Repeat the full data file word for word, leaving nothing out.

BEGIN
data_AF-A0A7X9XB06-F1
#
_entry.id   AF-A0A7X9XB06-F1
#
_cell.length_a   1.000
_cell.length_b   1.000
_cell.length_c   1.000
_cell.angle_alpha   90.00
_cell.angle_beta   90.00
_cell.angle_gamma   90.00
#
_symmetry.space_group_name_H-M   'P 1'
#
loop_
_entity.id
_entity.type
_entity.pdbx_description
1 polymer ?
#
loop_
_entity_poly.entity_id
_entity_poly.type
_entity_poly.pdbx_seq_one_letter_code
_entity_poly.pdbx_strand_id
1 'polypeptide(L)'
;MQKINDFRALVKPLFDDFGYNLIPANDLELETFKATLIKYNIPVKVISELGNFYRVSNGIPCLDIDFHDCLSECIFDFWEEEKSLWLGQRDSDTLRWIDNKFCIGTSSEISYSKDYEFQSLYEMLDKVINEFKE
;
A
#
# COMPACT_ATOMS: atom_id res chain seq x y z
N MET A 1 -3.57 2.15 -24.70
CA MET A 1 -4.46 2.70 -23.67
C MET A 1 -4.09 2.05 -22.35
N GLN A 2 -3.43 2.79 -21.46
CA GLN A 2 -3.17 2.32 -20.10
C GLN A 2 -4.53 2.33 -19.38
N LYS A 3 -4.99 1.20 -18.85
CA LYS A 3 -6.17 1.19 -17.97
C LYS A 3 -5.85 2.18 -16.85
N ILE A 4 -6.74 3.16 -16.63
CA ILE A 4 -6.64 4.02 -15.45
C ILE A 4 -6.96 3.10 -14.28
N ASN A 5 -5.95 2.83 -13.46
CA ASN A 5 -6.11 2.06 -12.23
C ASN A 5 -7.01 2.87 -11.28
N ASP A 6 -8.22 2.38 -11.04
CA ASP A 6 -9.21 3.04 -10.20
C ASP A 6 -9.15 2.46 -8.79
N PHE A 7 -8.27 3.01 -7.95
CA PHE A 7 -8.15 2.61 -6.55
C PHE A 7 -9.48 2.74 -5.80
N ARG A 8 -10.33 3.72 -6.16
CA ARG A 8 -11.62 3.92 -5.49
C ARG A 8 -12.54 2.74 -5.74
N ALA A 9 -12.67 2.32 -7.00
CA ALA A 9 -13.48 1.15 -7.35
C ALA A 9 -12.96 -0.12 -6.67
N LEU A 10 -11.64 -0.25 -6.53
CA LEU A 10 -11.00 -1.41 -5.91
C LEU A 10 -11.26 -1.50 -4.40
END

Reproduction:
data_AF-A0A7X9XB06-F1
#
_entry.id   AF-A0A7X9XB06-F1
#
_cell.length_a   1.000
_cell.length_b   1.000
_cell.length_c   1.000
_cell.angle_alpha   90.00
_cell.angle_beta   90.00
_cell.angle_gamma   90.00
#
_symmetry.space_group_name_H-M   'P 1'
#
loop_
_entity.id
_entity.type
_entity.pdbx_description
1 polymer ?
#
loop_
_entity_poly.entity_id
_entity_poly.type
_entity_poly.pdbx_seq_one_letter_code
_entity_poly.pdbx_strand_id
1 'polypeptide(L)'
;MQKINDFRALVKPLFDDFGYNLIPANDLELETFKATLIKYNIPVKVISELGNFYRVSNGIPCLDIDFHDCLSECIFDFWEEEKSLWLGQRDSDTLRWIDNKFCIGTSSEISYSKDYEFQSLYEMLDKVINEFKE
;
A
#
# COMPACT_ATOMS: atom_id res chain seq x y z
N MET A 1 -3.57 2.15 -24.70
CA MET A 1 -4.46 2.70 -23.67
C MET A 1 -4.09 2.05 -22.35
N GLN A 2 -3.43 2.79 -21.46
CA GLN A 2 -3.17 2.32 -20.10
C GLN A 2 -4.53 2.33 -19.38
N LYS A 3 -4.99 1.20 -18.85
CA LYS A 3 -6.17 1.19 -17.97
C LYS A 3 -5.85 2.18 -16.85
N ILE A 4 -6.74 3.16 -16.63
CA ILE A 4 -6.64 4.02 -15.45
C ILE A 4 -6.96 3.10 -14.28
N ASN A 5 -5.95 2.83 -13.46
CA ASN A 5 -6.11 2.06 -12.23
C ASN A 5 -7.01 2.87 -11.28
N ASP A 6 -8.22 2.38 -11.04
CA ASP A 6 -9.21 3.04 -10.20
C ASP A 6 -9.15 2.46 -8.79
N PHE A 7 -8.27 3.01 -7.95
CA PHE A 7 -8.15 2.61 -6.55
C PHE A 7 -9.48 2.74 -5.80
N ARG A 8 -10.33 3.72 -6.16
CA ARG A 8 -11.62 3.92 -5.49
C ARG A 8 -12.54 2.74 -5.74
N ALA A 9 -12.67 2.32 -7.00
CA ALA A 9 -13.48 1.15 -7.35
C ALA A 9 -12.96 -0.12 -6.67
N LEU A 10 -11.64 -0.25 -6.53
CA LEU A 10 -11.00 -1.41 -5.91
C LEU A 10 -11.26 -1.50 -4.40